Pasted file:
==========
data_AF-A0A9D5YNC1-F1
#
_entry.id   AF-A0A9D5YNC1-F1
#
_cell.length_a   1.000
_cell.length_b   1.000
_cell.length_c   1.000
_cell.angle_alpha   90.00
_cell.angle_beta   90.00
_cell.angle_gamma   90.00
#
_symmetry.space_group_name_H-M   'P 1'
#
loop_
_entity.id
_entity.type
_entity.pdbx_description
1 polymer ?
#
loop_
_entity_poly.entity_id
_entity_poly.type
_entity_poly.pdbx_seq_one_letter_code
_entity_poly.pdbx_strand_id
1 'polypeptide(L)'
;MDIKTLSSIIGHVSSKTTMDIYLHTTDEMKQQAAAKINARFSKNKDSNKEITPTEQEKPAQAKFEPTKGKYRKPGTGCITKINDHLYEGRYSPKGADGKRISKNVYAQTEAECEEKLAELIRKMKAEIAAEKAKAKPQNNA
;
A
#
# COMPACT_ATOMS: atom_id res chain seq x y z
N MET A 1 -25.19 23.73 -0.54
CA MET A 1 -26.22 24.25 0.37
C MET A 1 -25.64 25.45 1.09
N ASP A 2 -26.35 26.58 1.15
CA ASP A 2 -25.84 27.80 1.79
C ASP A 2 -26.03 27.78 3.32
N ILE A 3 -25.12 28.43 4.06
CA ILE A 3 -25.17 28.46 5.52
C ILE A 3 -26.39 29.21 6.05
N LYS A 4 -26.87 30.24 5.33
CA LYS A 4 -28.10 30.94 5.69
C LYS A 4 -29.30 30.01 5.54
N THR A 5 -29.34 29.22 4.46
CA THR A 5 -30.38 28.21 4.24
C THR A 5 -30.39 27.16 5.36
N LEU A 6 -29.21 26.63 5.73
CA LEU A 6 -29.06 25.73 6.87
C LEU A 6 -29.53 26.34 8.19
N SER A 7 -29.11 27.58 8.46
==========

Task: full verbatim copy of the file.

data_AF-A0A9D5YNC1-F1
#
_entry.id   AF-A0A9D5YNC1-F1
#
_cell.length_a   1.000
_cell.length_b   1.000
_cell.length_c   1.000
_cell.angle_alpha   90.00
_cell.angle_beta   90.00
_cell.angle_gamma   90.00
#
_symmetry.space_group_name_H-M   'P 1'
#
loop_
_entity.id
_entity.type
_entity.pdbx_description
1 polymer ?
#
loop_
_entity_poly.entity_id
_entity_poly.type
_entity_poly.pdbx_seq_one_letter_code
_entity_poly.pdbx_strand_id
1 'polypeptide(L)'
;MDIKTLSSIIGHVSSKTTMDIYLHTTDEMKQQAAAKINARFSKNKDSNKEITPTEQEKPAQAKFEPTKGKYRKPGTGCITKINDHLYEGRYSPKGADGKRISKNVYAQTEAECEEKLAELIRKMKAEIAAEKAKAKPQNNA
;
A
#
# COMPACT_ATOMS: atom_id res chain seq x y z
N MET A 1 -25.19 23.73 -0.54
CA MET A 1 -26.22 24.25 0.37
C MET A 1 -25.64 25.45 1.09
N ASP A 2 -26.35 26.58 1.15
CA ASP A 2 -25.84 27.80 1.79
C ASP A 2 -26.03 27.78 3.32
N ILE A 3 -25.12 28.43 4.06
CA ILE A 3 -25.17 28.46 5.52
C ILE A 3 -26.39 29.21 6.05
N LYS A 4 -26.87 30.24 5.33
CA LYS A 4 -28.10 30.94 5.69
C LYS A 4 -29.30 30.01 5.54
N THR A 5 -29.34 29.22 4.46
CA THR A 5 -30.38 28.21 4.24
C THR A 5 -30.39 27.16 5.36
N LEU A 6 -29.21 26.63 5.73
CA LEU A 6 -29.06 25.73 6.87
C LEU A 6 -29.53 26.34 8.19
N SER A 7 -29.11 27.58 8.46